Russian Reinsurance Co. v. Stoddard

CourtNew York Court of Appeals
Writing for the CourtLEHMAN
Citation240 N.Y. 149,147 N.E. 703
PartiesRUSSIAN REINSURANCE CO. et al. v. STODDARD, State Superintendent of Insurance, et al.
Decision Date07 April 1925

240 N.Y. 149
147 N.E. 703

RUSSIAN REINSURANCE CO. et al.
v.
STODDARD, State Superintendent of Insurance, et al.

Court of Appeals of New York.

April 7, 1925.


Action by the Russian Reinsurance Company and another against Francis R. Stoddard, Jr., as Superintendent of Insurance of the State of New York, and another. Judgment of dismissal was reversed by Appellate Division (211 App. Div. 132, 207 N. Y. S. 574), and defendants appeal.

Judgment of Appellate Division reversed, and judgment of Special Term affirmed.

Crane, J., dissenting.


[240 N.Y. 151]Appeal from Supreme Court, Appellate Division, Third Department.

Alber Ottinger, Atty. Gen. (Edward G. Griffin, of Albany, and Joseph C. H. Flynn, of Brooklyn, of counsel), for appellant Superintendent of Insurance.

J. Du Pratt White, Ernest G. Fifield and James A. Murphy, all of New York City, for appellant Bankers' Trust Co.


[240 N.Y. 152]William C. Cannon, of New York City, amicus curiae.

Frederick B. Campbell and Paul C. Whipp, both of New York City, for respondents.

[240 N.Y. 153]LEHMAN, J.

The Russian Reinsurance Company was incorporated in December, 1899, by the government of Russia under a special statute which constitutes its charter and by-laws. In or about 1906 the corporation received authority to transact business in the state of New York. In accordance with the provisions of [240 N.Y. 154]section 27 of the Insurance Law (Cons. Laws, c. 28), it appointed the Mercantile Trust Company of New York (subsequently merged into the defendant Bankers' Trust Company) as trustee, and deposited with it under a trust agreement securities and money to be held as its capital in this state for the protection of policy-holders and creditors in the United States. As such trustee the defendant Bankers' Trust Company now holds these securities and moneys. This action has been brought to compel their return to the plaintiffs. The Bankers' Trust Company claims no interest in this property except as trustee or depositary. It resists the plaintiff's claim solely on the ground that the plaintiffs to establish ownership or right of possession to the exclusion of others who might demand the property hereafter. That at the present time the plaintiff corporation is no longer in existence or, if in existence, has no capacity to sue; or, in the alternative, that the men who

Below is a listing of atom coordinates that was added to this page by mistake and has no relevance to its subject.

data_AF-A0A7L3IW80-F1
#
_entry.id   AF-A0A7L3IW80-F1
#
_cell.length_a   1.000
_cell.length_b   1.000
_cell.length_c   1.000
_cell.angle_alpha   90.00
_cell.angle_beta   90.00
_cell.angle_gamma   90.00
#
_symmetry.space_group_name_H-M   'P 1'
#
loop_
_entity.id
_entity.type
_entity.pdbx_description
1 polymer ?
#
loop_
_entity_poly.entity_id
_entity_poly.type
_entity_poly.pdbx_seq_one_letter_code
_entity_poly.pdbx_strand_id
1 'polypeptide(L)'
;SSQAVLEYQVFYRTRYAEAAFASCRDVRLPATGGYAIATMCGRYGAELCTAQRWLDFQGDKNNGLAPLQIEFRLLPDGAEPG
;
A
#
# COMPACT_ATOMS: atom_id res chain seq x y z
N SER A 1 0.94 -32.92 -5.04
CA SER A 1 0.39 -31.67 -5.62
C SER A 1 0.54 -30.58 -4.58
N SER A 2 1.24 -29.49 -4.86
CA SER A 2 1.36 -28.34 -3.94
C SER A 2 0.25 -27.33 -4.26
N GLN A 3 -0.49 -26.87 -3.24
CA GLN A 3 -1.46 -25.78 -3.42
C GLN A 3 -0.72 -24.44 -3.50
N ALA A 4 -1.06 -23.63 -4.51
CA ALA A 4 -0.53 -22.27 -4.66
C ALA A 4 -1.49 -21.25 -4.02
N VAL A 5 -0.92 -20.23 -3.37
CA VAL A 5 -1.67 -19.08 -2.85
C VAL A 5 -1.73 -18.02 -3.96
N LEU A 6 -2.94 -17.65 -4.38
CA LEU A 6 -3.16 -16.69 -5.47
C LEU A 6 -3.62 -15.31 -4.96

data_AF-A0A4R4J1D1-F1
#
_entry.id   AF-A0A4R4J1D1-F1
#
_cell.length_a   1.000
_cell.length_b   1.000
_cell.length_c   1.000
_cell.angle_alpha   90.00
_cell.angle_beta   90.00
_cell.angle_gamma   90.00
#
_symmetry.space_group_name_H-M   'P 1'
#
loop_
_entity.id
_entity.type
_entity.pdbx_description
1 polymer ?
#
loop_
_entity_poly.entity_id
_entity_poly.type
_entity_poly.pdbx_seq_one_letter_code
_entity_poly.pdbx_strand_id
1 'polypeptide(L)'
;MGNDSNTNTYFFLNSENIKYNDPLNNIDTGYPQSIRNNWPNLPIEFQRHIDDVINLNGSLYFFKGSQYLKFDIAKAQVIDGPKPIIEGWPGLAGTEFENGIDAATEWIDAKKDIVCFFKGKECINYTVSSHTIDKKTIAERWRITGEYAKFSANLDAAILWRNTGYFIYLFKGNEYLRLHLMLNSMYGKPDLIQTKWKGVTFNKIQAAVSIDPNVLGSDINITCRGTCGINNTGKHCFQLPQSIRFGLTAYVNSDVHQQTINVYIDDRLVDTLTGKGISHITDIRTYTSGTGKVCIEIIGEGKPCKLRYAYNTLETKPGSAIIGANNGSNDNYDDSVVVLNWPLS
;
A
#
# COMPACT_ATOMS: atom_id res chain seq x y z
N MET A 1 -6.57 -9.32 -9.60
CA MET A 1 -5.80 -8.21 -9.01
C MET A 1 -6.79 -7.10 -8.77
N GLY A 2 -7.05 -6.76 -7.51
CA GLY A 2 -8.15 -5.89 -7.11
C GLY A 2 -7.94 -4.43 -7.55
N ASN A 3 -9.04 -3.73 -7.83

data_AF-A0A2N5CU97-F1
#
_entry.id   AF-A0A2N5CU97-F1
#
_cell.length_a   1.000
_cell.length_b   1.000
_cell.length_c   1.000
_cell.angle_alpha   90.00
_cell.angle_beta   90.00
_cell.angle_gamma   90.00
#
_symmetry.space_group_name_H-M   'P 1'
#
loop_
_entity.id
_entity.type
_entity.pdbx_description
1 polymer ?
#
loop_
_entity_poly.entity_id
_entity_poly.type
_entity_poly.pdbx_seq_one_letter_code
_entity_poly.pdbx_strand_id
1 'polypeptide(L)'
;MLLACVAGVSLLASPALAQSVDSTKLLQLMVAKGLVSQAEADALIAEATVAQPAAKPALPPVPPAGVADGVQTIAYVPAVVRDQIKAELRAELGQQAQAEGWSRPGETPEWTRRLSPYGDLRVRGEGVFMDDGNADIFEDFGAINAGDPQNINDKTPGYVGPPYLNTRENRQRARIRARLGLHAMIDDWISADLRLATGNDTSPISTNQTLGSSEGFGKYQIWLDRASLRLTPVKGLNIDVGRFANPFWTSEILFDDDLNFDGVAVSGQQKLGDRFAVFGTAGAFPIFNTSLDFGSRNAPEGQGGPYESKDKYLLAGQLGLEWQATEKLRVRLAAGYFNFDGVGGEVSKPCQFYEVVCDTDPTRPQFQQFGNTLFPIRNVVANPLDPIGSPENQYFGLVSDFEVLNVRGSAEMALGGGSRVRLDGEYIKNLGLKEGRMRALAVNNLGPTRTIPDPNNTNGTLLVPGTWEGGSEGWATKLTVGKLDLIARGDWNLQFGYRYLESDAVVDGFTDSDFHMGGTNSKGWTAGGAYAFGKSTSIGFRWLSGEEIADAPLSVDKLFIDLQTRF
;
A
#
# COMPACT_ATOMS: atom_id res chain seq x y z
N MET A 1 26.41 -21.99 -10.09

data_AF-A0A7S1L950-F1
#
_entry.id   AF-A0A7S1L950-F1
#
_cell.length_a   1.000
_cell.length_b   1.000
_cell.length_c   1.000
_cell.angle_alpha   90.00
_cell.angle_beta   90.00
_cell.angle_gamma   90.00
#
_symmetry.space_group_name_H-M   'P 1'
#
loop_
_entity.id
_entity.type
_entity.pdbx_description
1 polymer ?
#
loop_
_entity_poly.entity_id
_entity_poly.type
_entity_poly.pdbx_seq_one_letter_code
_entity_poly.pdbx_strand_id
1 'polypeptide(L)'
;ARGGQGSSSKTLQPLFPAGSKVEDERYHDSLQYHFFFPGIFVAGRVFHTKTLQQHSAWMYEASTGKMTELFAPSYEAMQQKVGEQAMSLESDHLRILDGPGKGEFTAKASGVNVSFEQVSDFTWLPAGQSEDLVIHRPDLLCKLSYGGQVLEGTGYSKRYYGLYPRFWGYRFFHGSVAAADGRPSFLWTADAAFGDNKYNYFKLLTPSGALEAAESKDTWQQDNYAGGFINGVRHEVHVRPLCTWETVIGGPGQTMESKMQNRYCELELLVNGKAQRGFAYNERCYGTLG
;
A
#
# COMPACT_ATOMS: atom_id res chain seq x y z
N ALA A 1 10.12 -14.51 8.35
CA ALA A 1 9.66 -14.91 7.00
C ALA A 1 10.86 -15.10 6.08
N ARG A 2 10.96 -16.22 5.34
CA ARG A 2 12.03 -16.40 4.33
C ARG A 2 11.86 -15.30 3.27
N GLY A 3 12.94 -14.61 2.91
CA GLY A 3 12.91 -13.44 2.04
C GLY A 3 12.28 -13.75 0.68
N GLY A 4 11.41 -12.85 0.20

[147 N.E. 704]

claim to be its directors and as such have attempted to take corporate action to demand the return of the property and to authorize the bringing of this suit no longer represent the corporation. It urges that, in any event, the courts of this state should not assume jurisdiction of the action because they cannot grant a judgment which would be binding upon other parties who are not before the court, and who might hereafter be able to establish a valid claim to the cause of action or property formerly belonging to this plaintiff.